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The Petrified Forest gave Humphrey Bogart the jumpstart his career needed, but it was High Sierra that proved he was ready to be a star.
After bringing Duke Mante to the screen with great success, Bogie was largely stuck in “B” movies playing the villain. That is, until Sierra came along.
Gangster films were considered by some to be old hat by some of Hollywood’s stars, and the male lead was turned down by James Cagney, George Raft, Paul Muni, and Edward G. Robinson. (Interestingly, High Sierra was based on the novel by W.R. Burnett, known for Little Caesar, which launched Robinson’s career.)
Bogart, however, wanted the part and telegrammed producer Hal B. Wallis about it.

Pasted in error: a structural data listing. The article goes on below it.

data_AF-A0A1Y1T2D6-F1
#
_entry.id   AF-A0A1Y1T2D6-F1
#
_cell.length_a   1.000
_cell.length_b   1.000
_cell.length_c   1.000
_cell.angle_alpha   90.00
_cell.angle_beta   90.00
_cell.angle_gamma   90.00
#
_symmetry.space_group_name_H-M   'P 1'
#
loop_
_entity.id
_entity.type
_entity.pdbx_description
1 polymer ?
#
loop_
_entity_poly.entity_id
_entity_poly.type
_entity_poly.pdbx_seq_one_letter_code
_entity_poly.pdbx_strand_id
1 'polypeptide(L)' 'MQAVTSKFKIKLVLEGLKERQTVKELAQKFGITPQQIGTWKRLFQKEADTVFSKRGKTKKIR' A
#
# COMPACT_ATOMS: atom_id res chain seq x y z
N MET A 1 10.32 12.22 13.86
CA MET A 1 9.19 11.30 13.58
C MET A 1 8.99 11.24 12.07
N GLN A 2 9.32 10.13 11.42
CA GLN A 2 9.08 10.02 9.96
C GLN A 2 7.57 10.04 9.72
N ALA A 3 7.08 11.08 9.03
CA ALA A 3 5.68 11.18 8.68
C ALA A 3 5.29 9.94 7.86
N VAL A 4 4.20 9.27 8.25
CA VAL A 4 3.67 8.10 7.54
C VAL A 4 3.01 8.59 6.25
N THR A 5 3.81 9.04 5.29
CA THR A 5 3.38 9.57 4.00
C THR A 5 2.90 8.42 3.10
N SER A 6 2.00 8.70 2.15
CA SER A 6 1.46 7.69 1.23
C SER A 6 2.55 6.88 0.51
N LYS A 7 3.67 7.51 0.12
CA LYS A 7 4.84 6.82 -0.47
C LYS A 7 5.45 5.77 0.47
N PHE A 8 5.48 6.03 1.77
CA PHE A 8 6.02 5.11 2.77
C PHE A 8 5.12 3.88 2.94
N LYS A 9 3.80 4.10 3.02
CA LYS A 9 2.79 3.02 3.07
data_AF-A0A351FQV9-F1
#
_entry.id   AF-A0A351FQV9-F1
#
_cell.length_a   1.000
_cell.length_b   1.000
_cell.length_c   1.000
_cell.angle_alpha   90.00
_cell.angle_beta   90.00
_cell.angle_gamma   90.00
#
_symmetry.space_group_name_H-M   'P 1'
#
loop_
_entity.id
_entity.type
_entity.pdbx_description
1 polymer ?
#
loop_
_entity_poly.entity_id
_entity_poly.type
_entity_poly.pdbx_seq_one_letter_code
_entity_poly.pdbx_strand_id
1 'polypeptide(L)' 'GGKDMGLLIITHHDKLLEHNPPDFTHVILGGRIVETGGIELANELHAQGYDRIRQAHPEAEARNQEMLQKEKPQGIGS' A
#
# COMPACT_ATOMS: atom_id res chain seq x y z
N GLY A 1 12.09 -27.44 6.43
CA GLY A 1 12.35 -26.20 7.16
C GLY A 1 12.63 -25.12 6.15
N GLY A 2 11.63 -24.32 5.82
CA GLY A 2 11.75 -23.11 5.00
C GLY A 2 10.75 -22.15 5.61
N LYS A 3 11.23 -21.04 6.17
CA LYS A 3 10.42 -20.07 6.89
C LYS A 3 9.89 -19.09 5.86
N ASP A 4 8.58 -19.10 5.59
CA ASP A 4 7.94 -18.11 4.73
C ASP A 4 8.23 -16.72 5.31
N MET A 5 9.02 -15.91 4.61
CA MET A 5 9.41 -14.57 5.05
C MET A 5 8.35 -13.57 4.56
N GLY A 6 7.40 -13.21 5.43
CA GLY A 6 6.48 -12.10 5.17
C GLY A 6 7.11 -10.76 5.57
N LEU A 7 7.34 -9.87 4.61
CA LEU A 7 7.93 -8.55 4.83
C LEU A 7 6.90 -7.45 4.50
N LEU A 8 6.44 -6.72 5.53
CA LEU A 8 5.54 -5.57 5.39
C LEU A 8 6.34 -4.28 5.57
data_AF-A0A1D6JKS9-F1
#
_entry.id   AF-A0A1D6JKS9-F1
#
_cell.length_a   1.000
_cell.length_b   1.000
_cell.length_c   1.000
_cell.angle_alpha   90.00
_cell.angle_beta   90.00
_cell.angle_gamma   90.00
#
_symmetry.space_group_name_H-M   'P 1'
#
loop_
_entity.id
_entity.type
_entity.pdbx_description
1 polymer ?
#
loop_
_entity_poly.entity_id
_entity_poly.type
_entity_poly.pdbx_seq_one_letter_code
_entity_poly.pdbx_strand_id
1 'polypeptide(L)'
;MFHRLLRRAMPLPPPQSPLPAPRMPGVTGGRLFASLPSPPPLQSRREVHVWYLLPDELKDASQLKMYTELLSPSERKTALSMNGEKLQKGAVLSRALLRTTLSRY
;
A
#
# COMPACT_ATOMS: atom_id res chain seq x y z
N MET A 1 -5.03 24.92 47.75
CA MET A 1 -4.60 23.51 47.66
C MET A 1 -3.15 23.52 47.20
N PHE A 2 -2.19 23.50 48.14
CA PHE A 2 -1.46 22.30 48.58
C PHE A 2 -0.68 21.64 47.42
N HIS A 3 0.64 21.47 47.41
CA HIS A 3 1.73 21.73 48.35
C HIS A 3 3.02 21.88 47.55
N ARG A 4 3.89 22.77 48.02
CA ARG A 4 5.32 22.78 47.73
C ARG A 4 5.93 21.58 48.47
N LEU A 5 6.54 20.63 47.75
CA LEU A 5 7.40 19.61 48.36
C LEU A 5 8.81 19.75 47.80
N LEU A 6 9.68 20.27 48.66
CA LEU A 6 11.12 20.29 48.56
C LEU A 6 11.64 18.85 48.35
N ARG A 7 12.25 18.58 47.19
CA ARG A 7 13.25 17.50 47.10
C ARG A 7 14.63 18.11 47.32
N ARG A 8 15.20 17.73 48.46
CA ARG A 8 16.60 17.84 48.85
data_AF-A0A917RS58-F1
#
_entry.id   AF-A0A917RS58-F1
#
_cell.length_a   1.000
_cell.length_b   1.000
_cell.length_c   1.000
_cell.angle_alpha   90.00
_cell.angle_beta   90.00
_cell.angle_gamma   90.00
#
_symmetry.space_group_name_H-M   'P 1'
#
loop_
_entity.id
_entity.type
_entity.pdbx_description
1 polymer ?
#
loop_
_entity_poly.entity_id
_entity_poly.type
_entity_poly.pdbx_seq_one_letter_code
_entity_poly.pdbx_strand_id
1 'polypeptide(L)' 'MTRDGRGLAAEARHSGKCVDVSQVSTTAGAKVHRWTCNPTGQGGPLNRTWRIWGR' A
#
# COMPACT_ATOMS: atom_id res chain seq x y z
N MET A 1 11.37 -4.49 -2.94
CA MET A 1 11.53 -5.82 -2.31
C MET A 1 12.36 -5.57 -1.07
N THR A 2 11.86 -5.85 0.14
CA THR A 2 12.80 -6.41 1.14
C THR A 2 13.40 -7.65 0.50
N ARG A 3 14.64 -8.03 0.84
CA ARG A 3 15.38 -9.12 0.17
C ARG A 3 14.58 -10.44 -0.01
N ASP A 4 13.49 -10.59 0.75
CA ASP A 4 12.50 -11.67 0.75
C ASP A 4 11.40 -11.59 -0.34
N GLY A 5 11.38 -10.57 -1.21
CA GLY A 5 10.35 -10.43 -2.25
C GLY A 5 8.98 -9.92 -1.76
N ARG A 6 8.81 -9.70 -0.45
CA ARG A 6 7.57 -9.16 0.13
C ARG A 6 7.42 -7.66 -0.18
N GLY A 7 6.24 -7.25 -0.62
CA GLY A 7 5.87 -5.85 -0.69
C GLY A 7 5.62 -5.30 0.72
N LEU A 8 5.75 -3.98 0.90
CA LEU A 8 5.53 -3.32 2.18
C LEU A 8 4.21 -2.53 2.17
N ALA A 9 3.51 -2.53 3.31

Wallis was a big name in Hollywood, and he was already familiar with Bogie’s work having produced The Petrified Forest (read about that here), The Roaring Twenties (read about that here), and Dark Victory (read about that here).
As a result, Bogart got the part somewhat by default. Nevertheless, it proved to be career defining, as he breathed life into this “noble” Mad Dog Earle.
Co-screenwriter John Huston said, “Bogart was a medium-sized man, not particularly impressive offscreen. Those lights and shadows composed themselves into another, nobler personality: heroic.”
Bogart and Huston would work together less than a year later in The Maltese Falcon which would become one of cinema’s greatest film noirs.